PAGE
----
Though some people think wine is the gift certificate of presents, you can send us a bottle any time you like.
To assist with such an act, we reached out to Tim Baldwin, wine director at The Broadmoor and an advanced sommelier with the Court of Master Sommeliers, for a few relatively affordable recommendations. None of these should be too hard to find, but in a pinch it couldn't hurt to turn to the experts at our Best Of Colorado Springs winners: Cheers Liquor Mart (1105 N. Circle Drive, cheersliquormart.com), Coaltrain Wine & Spirits (330 W. Uintah St., coaltrainwine.com) or Queen Liquor (1744 W. Uintah St., 475-1744).
Find the winery, the kind of wine, its originating area and average price below. The words are Baldwin's, edited for style and length.
Bethel Heights Vineyard; Pinot Noir, 2009; Eola-Amity Hills, Ore.; $19. Everyone loves Pinot Noir — it's the most food-friendly red wine made — and Oregon is the home of some of the best in the world. Bethel Heights is a pretty wine with flavors of raspberries and strawberries, finishing with hints of mushrooms.
Beaujolais Nouveau, 2011; Beaujolais, France; $9 to $12. It's the season for this special wine. Released on the third Thursday of November by several vintners, this Beaujolais is super-light and fresh; it's almost like strawberry gum. I like Maison Joseph Drouhin's, but there are many to choose from.
Vietti; Barbera d'Asti, 2009; Piedmont, Italy; $12. Barbera is a wonderful little Italian grape that produces medium- to lighter-bodied wines. This one showcases bold red fruits like strawberry and rhubarb.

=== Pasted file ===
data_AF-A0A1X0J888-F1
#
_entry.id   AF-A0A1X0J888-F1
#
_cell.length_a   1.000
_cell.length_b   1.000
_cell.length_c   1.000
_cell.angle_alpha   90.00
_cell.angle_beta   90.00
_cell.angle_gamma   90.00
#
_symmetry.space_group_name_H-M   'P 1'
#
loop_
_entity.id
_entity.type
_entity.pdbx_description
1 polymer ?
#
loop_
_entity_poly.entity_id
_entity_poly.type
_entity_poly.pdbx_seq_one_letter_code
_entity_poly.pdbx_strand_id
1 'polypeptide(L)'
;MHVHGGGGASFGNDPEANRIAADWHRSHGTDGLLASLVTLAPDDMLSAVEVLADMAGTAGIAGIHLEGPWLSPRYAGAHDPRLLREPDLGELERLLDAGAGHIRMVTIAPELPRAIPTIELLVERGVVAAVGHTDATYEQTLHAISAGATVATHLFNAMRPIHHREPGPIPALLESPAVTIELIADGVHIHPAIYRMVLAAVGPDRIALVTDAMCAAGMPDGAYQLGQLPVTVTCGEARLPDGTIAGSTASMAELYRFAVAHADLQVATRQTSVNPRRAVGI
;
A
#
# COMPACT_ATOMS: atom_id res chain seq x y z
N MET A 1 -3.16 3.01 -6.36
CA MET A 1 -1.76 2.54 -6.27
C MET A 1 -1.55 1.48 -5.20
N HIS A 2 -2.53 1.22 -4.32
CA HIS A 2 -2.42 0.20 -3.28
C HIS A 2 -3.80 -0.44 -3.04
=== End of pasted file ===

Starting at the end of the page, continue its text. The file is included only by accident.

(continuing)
Ravenswood Winery; Old Vine Zinfandel, 2008; Sonoma County, Calif.; $9. Fun fact: We used to think Zinfandel was a grape indigenous to America; too bad it's actually Croatian. Still, we adopted it and do it better than anyone else. Ravenswood is one of those top-notch producers, with a rich wine tasting of cooked blackberries and spice.
The Infinite Monkey Theorem; Sauvignon Blanc, 2010; Grand Valley; $16. Everyone knows Sauvignon Blanc — it's one of the workhorse whites. Sauvignon Blanc from Colorado, however, is pretty impressive. Ben Parsons at IMT is making some of the coolest wine in Colorado, with its flavors of lemon, lime and grapefruit, and hints of green pepper.
Jean-Luc Colombo; La Redonne, 2009; Côtes du Rhône, France; $17. Jean-Luc is a rock star in the Rhône Valley in France. Viognier is a perfect holiday wine, rich in body to match the powerfully flavored dishes of the season. The wine is floral and pretty, while wildflowers and ripe pear dominate the nose.
Bodega Viña Nora; Albariño, 2009; Rías Baixas, Spain; $11. The queen of Spanish white wine: Albariño. It's known for its crisp taste, and a nose dominated by white flowers and peach.
Paraiso Vineyards; Chardonnay, 2008; Santa Lucia Highlands, Calif.; $12. American Chardonnay at its finest, big and strong. Paraiso is full bodied and creamy, featuring flavors of red apple, cantaloupe and vanilla.
Mionetto USA; Prosecco di Valdobbiadene; Veneto, Italy; $12. Prosecco is a light, fresh style of sparkling wine that is value-orientated. Mionetto produces a style that's easy to drink and refreshing, highlighted by honeydew and lemon zest.
Champagne Gosset; Brut Excellence; Champagne, France; $40. If you are going to drink Champagne, then why not do it from the oldest Champagne house in existence, founded in 1584? This is the drink at its finest — rich and round, while caramel apples and fresh dough dominate the nose.
Royal Tokaji; Tokaji Aszú, 2005; Tokaj-Hegyalja, Hungary; $30. While the honeyed wines of Tokaji aren't the cheapest, they are truly special and unique. You know it's good stuff when the leaders of Russia, Austria-Hungary and Poland all sought the wine. And during the holidays, are we not supposed to eat like kings?
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